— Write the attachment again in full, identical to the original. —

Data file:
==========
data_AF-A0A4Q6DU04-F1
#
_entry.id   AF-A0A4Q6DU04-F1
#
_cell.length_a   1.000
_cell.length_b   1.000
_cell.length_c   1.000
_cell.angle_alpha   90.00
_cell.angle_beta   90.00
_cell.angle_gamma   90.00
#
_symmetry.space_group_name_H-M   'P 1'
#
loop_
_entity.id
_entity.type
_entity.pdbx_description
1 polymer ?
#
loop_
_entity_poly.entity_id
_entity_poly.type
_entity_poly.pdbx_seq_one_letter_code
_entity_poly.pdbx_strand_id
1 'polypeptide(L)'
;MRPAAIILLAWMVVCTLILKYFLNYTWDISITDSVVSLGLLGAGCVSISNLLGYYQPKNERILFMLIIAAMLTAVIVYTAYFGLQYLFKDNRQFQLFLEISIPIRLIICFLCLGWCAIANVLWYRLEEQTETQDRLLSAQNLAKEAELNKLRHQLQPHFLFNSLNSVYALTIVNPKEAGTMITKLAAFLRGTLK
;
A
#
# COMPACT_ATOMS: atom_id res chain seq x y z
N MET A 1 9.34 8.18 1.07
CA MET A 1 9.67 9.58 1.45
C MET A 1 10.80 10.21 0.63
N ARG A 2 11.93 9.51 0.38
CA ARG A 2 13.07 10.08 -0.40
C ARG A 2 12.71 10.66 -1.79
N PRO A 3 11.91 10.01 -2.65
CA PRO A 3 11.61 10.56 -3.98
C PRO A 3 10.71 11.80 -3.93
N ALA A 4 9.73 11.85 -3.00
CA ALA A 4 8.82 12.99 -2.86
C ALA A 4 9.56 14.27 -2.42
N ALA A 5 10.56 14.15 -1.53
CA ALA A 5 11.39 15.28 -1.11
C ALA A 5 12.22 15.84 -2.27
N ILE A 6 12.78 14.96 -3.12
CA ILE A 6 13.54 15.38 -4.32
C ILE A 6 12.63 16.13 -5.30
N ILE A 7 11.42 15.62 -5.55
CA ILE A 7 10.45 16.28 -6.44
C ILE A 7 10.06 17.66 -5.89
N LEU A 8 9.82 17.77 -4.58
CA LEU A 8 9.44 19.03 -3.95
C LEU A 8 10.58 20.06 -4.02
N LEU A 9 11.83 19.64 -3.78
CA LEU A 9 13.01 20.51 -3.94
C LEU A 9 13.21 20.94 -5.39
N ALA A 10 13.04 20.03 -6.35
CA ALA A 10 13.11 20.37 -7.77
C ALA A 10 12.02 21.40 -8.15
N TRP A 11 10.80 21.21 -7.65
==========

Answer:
data_AF-A0A4Q6DU04-F1
#
_entry.id   AF-A0A4Q6DU04-F1
#
_cell.length_a   1.000
_cell.length_b   1.000
_cell.length_c   1.000
_cell.angle_alpha   90.00
_cell.angle_beta   90.00
_cell.angle_gamma   90.00
#
_symmetry.space_group_name_H-M   'P 1'
#
loop_
_entity.id
_entity.type
_entity.pdbx_description
1 polymer ?
#
loop_
_entity_poly.entity_id
_entity_poly.type
_entity_poly.pdbx_seq_one_letter_code
_entity_poly.pdbx_strand_id
1 'polypeptide(L)'
;MRPAAIILLAWMVVCTLILKYFLNYTWDISITDSVVSLGLLGAGCVSISNLLGYYQPKNERILFMLIIAAMLTAVIVYTAYFGLQYLFKDNRQFQLFLEISIPIRLIICFLCLGWCAIANVLWYRLEEQTETQDRLLSAQNLAKEAELNKLRHQLQPHFLFNSLNSVYALTIVNPKEAGTMITKLAAFLRGTLK
;
A
#
# COMPACT_ATOMS: atom_id res chain seq x y z
N MET A 1 9.34 8.18 1.07
CA MET A 1 9.67 9.58 1.45
C MET A 1 10.80 10.21 0.63
N ARG A 2 11.93 9.51 0.38
CA ARG A 2 13.07 10.08 -0.40
C ARG A 2 12.71 10.66 -1.79
N PRO A 3 11.91 10.01 -2.65
CA PRO A 3 11.61 10.56 -3.98
C PRO A 3 10.71 11.80 -3.93
N ALA A 4 9.73 11.85 -3.00
CA ALA A 4 8.82 12.99 -2.86
C ALA A 4 9.56 14.27 -2.42
N ALA A 5 10.56 14.15 -1.53
CA ALA A 5 11.39 15.28 -1.11
C ALA A 5 12.22 15.84 -2.27
N ILE A 6 12.78 14.96 -3.12
CA ILE A 6 13.54 15.38 -4.32
C ILE A 6 12.63 16.13 -5.30
N ILE A 7 11.42 15.62 -5.55
CA ILE A 7 10.45 16.28 -6.44
C ILE A 7 10.06 17.66 -5.89
N LEU A 8 9.82 17.77 -4.58
CA LEU A 8 9.44 19.03 -3.95
C LEU A 8 10.58 20.06 -4.02
N LEU A 9 11.83 19.64 -3.78
CA LEU A 9 13.01 20.51 -3.94
C LEU A 9 13.21 20.94 -5.39
N ALA A 10 13.04 20.03 -6.35
CA ALA A 10 13.11 20.37 -7.77
C ALA A 10 12.02 21.40 -8.15
N TRP A 11 10.80 21.21 -7.65